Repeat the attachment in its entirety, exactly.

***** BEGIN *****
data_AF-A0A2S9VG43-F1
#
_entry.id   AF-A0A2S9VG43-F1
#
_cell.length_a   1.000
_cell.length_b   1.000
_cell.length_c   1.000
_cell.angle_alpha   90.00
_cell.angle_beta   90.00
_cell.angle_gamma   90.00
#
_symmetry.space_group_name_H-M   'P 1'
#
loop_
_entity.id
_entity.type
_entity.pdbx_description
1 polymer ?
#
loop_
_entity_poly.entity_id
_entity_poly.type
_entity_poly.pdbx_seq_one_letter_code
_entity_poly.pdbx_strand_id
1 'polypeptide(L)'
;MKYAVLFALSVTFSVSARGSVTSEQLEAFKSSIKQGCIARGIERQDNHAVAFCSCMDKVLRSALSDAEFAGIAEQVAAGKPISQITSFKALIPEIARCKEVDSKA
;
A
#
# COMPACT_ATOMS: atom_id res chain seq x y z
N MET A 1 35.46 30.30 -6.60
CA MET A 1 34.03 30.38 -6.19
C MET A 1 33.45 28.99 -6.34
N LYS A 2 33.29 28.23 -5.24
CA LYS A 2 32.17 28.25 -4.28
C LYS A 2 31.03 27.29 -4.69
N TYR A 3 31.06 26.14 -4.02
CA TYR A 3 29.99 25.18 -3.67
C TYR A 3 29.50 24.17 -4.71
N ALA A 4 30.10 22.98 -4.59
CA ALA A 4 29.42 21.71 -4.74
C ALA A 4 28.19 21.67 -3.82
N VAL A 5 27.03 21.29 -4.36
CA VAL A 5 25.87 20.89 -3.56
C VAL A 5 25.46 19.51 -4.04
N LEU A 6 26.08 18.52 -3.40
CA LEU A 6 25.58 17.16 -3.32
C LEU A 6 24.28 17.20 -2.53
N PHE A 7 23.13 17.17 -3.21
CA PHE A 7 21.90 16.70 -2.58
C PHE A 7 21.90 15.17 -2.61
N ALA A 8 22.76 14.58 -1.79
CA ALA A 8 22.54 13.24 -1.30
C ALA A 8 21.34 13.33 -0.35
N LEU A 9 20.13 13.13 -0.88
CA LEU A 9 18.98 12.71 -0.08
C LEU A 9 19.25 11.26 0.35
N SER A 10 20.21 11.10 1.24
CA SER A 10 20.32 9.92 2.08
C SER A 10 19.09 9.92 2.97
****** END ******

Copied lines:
data_AF-A0A2S9VG43-F1
#
_entry.id   AF-A0A2S9VG43-F1
#
_cell.length_a   1.000
_cell.length_b   1.000
_cell.length_c   1.000
_cell.angle_alpha   90.00
_cell.angle_beta   90.00
_cell.angle_gamma   90.00
#
_symmetry.space_group_name_H-M   'P 1'
#
loop_
_entity.id
_entity.type
_entity.pdbx_description
1 polymer ?
#
loop_
_entity_poly.entity_id
_entity_poly.type
_entity_poly.pdbx_seq_one_letter_code
_entity_poly.pdbx_strand_id
1 'polypeptide(L)'
;MKYAVLFALSVTFSVSARGSVTSEQLEAFKSSIKQGCIARGIERQDNHAVAFCSCMDKVLRSALSDAEFAGIAEQVAAGKPISQITSFKALIPEIARCKEVDSKA
;
A
#
# COMPACT_ATOMS: atom_id res chain seq x y z
N MET A 1 35.46 30.30 -6.60
CA MET A 1 34.03 30.38 -6.19
C MET A 1 33.45 28.99 -6.34
N LYS A 2 33.29 28.23 -5.24
CA LYS A 2 32.17 28.25 -4.28
C LYS A 2 31.03 27.29 -4.69
N TYR A 3 31.06 26.14 -4.02
CA TYR A 3 29.99 25.18 -3.67
C TYR A 3 29.50 24.17 -4.71
N ALA A 4 30.10 22.98 -4.59
CA ALA A 4 29.42 21.71 -4.74
C ALA A 4 28.19 21.67 -3.82
N VAL A 5 27.03 21.29 -4.36
CA VAL A 5 25.87 20.89 -3.56
C VAL A 5 25.46 19.51 -4.04
N LEU A 6 26.08 18.52 -3.40
CA LEU A 6 25.58 17.16 -3.32
C LEU A 6 24.28 17.20 -2.53
N PHE A 7 23.13 17.17 -3.21
CA PHE A 7 21.90 16.70 -2.58
C PHE A 7 21.90 15.17 -2.61
N ALA A 8 22.76 14.58 -1.79
CA ALA A 8 22.54 13.24 -1.30
C ALA A 8 21.34 13.33 -0.35
N LEU A 9 20.13 13.13 -0.88
CA LEU A 9 18.98 12.71 -0.08
C LEU A 9 19.25 11.26 0.35
N SER A 10 20.21 11.10 1.24
CA SER A 10 20.32 9.92 2.08
C SER A 10 19.09 9.92 2.97